Friday, September 30, 2016

The evolution of pessimism.........?

     "It's incredible," he says, "this moaning pessimism, this knee-jerk, things-are-going-downhill reaction from people living amid luxury and security that their ancestors would have died for.  The tendency to see the emptiness of every glass is pervasive.  It's almost as if people cling to bad news like a comfort blanket."  In trying to make sense of this pessimism, Ridley, like Kahneman, sees a combination of cognitive biases and evolutionary psychology as the core of the problem.  He fingers loss aversion - a tendency for people to regret a loss more than a similar gain - as the bias with the most impact on abundance.  Loss aversion is often what keeps people stuck in ruts.  It's an unwillingness to change bad habits for fear that the change will leave them in a worse place than before.  But this bias is not acting alone.  "I also think there could be an evolutionary psychology component," he contends.  "We might be gloomy because gloomy people managed to avoid getting eaten by lions in the Pleistocene."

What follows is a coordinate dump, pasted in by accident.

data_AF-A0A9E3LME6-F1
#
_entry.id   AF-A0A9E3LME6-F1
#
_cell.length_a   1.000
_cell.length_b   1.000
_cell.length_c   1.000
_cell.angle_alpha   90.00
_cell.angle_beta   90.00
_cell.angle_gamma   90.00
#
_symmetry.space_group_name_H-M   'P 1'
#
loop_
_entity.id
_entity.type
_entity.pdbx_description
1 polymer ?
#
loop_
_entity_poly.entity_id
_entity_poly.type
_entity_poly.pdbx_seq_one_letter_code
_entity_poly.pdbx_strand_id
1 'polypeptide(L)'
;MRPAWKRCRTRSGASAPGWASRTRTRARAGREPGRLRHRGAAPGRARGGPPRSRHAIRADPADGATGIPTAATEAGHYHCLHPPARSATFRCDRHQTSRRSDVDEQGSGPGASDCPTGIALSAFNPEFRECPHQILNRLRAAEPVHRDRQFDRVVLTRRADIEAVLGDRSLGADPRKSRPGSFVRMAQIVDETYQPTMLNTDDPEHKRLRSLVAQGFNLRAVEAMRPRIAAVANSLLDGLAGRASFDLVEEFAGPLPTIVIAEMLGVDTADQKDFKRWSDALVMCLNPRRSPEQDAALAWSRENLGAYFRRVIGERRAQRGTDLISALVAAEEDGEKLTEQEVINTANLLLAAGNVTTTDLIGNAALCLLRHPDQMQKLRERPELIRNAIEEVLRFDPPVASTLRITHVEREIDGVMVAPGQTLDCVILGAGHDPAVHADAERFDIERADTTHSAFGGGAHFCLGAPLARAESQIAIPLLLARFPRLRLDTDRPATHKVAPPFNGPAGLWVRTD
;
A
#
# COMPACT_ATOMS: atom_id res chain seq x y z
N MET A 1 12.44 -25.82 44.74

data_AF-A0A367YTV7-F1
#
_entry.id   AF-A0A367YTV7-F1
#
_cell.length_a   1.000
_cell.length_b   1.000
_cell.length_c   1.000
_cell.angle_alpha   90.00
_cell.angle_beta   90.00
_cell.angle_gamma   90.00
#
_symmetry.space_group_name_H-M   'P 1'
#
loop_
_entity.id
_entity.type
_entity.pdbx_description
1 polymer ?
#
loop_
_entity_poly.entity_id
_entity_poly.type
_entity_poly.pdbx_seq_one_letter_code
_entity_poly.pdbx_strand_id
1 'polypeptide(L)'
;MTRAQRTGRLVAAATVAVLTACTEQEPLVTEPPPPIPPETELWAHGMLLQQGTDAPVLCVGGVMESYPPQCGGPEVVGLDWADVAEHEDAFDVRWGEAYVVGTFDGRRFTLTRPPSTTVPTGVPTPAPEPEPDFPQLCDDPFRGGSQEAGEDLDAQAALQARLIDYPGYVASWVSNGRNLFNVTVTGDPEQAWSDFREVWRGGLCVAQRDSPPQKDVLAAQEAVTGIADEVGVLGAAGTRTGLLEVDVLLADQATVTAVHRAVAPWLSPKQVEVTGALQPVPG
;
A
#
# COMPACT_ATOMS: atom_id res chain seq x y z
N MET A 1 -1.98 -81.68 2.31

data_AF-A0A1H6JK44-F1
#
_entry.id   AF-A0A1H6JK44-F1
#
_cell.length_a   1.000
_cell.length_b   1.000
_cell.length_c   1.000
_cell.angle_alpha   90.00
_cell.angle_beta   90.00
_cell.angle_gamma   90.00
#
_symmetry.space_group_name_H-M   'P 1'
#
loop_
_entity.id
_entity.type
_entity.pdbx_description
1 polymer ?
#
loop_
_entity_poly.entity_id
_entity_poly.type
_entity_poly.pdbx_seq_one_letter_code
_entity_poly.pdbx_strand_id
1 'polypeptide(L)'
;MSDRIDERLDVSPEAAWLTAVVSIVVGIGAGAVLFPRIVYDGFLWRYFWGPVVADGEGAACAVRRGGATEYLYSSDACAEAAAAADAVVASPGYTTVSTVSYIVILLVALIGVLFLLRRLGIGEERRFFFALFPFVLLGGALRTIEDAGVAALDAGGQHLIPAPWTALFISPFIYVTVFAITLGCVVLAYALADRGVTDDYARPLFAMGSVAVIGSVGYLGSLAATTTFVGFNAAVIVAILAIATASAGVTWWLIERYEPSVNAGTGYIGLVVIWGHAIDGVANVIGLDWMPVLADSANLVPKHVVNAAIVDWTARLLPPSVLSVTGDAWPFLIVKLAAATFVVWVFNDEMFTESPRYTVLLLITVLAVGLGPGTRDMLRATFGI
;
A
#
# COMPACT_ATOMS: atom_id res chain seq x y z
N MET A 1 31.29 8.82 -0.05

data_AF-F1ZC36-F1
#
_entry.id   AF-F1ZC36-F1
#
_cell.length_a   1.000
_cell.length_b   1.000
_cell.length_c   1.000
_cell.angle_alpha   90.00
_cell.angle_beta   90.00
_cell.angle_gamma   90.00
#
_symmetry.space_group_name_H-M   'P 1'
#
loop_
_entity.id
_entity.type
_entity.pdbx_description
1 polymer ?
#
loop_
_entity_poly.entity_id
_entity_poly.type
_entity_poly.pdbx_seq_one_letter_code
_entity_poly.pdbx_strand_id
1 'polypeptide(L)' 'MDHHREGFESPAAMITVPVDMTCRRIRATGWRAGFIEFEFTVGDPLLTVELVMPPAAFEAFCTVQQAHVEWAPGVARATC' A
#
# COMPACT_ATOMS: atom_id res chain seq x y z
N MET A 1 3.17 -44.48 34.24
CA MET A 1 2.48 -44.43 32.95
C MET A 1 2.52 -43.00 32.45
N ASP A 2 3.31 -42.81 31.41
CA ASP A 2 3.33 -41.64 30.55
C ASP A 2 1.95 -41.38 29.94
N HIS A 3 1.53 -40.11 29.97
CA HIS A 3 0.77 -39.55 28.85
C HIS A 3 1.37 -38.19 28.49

-Peter Diamandis and Steven Kotler, Abundance:  The Future Is Better Than You Think

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